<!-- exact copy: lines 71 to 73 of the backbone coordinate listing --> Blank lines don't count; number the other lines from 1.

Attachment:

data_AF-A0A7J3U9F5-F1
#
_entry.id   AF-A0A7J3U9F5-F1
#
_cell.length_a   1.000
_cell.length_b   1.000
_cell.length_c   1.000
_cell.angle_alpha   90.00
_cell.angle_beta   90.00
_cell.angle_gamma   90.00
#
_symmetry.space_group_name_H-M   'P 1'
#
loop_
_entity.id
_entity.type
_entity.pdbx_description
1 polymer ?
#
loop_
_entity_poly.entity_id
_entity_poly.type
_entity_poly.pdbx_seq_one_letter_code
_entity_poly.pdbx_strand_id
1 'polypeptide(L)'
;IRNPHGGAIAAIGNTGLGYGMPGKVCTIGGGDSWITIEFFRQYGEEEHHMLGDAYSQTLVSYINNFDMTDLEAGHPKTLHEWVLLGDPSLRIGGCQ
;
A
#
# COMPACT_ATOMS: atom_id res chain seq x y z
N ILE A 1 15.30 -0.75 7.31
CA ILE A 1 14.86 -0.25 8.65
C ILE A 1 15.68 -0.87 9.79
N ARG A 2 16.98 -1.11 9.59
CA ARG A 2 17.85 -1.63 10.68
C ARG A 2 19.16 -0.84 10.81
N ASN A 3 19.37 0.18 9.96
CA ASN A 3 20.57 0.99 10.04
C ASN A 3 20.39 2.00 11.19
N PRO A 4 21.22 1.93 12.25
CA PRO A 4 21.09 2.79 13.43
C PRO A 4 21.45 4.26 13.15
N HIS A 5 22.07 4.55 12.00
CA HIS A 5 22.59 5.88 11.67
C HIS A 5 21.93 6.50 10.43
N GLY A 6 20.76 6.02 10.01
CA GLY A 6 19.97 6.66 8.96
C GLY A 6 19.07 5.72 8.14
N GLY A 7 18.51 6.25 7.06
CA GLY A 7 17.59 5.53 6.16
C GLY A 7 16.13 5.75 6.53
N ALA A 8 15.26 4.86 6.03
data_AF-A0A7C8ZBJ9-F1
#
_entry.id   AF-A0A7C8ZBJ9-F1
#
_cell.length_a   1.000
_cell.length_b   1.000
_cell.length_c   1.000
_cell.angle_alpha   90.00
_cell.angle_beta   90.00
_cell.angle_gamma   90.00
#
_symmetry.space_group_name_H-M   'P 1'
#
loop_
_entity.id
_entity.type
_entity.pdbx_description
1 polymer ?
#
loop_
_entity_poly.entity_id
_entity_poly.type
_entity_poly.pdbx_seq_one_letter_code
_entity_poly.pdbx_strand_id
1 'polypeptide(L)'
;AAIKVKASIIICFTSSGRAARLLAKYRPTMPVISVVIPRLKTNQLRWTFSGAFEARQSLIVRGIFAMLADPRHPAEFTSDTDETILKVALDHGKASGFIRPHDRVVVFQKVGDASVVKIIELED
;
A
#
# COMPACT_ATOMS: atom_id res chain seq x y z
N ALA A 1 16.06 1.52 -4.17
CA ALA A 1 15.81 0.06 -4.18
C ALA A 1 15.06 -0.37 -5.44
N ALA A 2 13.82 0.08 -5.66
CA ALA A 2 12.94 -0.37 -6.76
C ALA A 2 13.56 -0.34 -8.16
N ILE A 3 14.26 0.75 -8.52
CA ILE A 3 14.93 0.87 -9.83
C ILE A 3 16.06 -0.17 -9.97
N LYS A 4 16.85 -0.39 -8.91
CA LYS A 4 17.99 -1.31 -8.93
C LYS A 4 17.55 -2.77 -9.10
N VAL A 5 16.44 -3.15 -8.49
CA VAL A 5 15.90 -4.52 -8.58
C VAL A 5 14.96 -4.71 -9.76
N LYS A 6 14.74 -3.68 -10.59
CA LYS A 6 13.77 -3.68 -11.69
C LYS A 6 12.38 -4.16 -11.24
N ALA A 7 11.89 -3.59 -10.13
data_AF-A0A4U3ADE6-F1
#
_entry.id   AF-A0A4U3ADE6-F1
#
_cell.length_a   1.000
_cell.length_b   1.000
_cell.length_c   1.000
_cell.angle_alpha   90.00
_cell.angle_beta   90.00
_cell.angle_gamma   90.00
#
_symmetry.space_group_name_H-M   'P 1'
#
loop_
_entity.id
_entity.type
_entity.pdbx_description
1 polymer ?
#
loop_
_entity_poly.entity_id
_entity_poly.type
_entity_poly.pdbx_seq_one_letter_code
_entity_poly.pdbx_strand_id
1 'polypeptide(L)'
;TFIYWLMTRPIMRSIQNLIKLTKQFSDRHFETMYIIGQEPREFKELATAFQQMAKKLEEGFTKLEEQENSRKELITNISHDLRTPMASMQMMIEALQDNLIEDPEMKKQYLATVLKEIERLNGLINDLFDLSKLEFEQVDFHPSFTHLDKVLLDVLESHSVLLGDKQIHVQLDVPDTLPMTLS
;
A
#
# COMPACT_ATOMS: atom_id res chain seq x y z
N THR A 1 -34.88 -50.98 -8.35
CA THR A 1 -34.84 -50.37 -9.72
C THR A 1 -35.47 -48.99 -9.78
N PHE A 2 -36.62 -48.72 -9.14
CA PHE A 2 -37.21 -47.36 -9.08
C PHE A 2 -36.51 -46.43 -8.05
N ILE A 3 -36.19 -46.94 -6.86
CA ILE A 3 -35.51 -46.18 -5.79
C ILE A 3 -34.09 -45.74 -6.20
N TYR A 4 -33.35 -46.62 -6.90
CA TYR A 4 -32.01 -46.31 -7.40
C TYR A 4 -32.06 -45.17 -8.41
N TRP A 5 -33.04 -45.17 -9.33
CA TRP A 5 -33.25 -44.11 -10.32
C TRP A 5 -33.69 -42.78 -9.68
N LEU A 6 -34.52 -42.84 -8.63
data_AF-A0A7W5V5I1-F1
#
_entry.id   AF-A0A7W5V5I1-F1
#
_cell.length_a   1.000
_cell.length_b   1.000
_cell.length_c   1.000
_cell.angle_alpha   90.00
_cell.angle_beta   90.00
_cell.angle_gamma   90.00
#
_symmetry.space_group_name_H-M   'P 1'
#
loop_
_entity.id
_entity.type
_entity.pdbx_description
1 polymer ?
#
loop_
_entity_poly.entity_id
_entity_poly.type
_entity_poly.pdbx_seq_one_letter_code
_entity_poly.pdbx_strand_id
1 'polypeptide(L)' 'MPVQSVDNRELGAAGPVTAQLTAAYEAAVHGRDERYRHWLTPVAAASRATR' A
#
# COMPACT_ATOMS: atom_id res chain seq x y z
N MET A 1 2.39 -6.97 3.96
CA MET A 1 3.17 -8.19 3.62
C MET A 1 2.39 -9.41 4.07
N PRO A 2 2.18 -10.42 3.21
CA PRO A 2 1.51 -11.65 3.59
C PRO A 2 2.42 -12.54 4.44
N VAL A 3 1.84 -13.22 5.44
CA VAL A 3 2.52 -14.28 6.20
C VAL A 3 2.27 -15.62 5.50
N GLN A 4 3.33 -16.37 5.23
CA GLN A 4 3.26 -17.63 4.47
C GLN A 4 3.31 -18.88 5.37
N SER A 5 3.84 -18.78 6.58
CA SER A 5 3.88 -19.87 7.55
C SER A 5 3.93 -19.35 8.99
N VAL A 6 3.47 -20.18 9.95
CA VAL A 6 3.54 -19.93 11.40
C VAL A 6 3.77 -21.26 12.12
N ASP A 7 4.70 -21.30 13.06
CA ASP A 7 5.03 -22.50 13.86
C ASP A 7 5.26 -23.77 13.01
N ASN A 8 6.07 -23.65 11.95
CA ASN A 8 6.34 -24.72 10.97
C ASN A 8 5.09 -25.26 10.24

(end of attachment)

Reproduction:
#
loop_
_entity_poly.entity_id